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China Daily (USA) - - CHINA - Con­tact the writer at zhangyu1@chi­

Hav­ing seen the pres­sures Chi­nese par­ents bring to bear on their un­mar­ried off­spring, Jeremiah Christie said fall­ing in love with a Chi­nese woman could be­come an un­nerv­ing ex­pe­ri­ence.

The 30-year-old United States na­tional, who­has livedand­worked in­China for four years, has had re­la­tion­ships with lo­cal women but none lasted long. Be­ing un­mar­ried at his age means he has been rel­e­gated to the cat­e­gory of a “left­over” in the eyes of many Chi­nese.

“Peo­ple are sur­prised when I tell them I’m not mar­ried and don’t have any kids,” Christie said, adding that the sur­prise ex­pressed made him feel shy.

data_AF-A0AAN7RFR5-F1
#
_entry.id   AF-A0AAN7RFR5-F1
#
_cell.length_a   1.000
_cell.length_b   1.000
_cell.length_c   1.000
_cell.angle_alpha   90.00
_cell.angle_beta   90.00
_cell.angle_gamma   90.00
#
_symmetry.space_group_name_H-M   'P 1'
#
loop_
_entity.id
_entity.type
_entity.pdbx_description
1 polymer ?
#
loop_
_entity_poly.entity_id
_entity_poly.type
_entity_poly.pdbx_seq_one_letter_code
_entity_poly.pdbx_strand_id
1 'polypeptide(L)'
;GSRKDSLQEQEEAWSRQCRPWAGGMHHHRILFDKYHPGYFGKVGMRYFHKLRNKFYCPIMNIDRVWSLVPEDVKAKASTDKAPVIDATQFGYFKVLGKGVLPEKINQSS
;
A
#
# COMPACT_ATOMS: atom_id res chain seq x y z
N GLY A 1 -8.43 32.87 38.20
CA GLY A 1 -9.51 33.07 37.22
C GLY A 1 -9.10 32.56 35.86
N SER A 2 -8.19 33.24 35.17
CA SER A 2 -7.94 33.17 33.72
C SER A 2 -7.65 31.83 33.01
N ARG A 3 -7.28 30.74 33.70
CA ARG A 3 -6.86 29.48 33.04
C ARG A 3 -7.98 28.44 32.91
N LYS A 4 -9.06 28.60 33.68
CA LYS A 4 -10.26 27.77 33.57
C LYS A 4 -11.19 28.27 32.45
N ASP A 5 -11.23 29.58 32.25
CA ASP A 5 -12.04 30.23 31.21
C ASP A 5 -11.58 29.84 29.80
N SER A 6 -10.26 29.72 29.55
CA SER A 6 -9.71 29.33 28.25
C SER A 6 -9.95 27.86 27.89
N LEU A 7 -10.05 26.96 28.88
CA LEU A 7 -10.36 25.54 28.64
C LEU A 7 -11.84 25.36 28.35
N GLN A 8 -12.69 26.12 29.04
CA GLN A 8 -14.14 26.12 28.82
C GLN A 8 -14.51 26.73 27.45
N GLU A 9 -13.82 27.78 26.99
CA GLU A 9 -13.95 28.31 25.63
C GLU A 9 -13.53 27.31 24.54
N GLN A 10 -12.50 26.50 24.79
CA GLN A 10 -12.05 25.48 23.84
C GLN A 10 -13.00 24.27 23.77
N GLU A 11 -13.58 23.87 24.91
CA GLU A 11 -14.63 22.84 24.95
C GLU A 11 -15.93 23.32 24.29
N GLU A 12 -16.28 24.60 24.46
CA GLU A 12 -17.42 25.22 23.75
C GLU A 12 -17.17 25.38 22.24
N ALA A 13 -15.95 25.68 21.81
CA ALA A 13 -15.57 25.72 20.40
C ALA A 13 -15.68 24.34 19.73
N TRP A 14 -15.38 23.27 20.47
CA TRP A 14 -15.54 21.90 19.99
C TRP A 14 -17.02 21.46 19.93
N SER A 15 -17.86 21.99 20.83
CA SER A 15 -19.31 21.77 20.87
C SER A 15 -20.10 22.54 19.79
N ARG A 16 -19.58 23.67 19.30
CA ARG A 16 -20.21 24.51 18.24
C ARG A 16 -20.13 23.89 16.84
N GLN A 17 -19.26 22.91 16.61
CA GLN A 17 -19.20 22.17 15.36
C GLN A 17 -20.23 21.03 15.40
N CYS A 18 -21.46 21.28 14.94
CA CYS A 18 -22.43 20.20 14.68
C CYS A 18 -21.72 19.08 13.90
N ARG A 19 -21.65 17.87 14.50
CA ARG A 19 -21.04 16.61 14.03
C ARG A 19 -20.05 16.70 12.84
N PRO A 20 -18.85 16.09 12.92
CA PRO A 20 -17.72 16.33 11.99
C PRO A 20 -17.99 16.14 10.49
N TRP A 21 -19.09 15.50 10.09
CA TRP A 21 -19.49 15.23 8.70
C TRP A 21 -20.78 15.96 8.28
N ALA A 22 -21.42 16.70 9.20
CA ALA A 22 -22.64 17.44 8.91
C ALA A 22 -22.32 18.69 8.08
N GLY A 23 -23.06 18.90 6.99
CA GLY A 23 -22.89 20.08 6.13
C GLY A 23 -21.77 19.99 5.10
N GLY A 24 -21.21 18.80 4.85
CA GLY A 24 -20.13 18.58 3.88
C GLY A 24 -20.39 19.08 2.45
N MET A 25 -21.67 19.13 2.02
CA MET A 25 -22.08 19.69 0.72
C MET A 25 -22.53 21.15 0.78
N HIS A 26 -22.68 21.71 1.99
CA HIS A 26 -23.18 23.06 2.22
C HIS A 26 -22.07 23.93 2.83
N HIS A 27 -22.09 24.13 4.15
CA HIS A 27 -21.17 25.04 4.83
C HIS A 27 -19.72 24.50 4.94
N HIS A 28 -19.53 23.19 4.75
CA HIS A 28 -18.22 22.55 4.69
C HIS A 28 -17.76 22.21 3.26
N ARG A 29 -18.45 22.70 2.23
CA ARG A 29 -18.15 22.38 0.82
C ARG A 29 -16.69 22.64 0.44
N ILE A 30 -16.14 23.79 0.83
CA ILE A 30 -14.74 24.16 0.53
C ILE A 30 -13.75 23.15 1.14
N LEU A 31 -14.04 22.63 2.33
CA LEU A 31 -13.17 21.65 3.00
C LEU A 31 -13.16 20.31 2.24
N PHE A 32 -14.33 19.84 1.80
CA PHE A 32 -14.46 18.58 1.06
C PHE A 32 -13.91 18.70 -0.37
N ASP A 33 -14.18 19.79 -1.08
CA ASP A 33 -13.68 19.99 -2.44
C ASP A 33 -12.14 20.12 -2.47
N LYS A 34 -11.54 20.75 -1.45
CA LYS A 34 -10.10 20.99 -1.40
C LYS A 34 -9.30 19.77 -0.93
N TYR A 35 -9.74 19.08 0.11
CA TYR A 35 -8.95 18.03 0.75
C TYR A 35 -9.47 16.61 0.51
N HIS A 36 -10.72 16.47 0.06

As an English teacher at He­bei Nor­mal Univer­sity in Shijiazhuang, cap­i­tal of He­bei — the prov­ince that ef­fec­tively sur­rounds Bei­jing — Christie started to be­come aware of the pres­sure ap­plied by the “nor­mally, you should not be sin­gle by now” phi­los­o­phy when he turned 27.

That was be­cause he had reached an age when­most peo­ple in­China are ei­ther mar­ried or are in the process of get­ting hitched.

A re­cent re­port pub­lished by the Min­istryof Civil Af­fairsshowedthat 39.4per­cent of the cou­ples who mar­ried last year were aged be­tween 25 and 29.

Christie said he felt that 27 was an ap­pro­pri­ate age for mar­riage— not just in China, but in most places around the world. How­ever, hewas­in­cred­u­lou­sand­sad­dened that young sin­gle peo­ple in China come un­der ex­treme pres­sure from their par­ents if they fail to marry at the “ap­pro­pri­ate” age.

Parental pres­sure

Eighty-six per­cent of sin­gle peo­ple ages 25 to 35 face parental pres­sures to marry as quickly as pos­si­ble, ac­cord­ing to a re­port re­leased by a health de­vel­op­ment cen­ter run by the China Work­ing Com­mit­tee for the Care of theNex­tGen­er­a­tion ear­lier this year.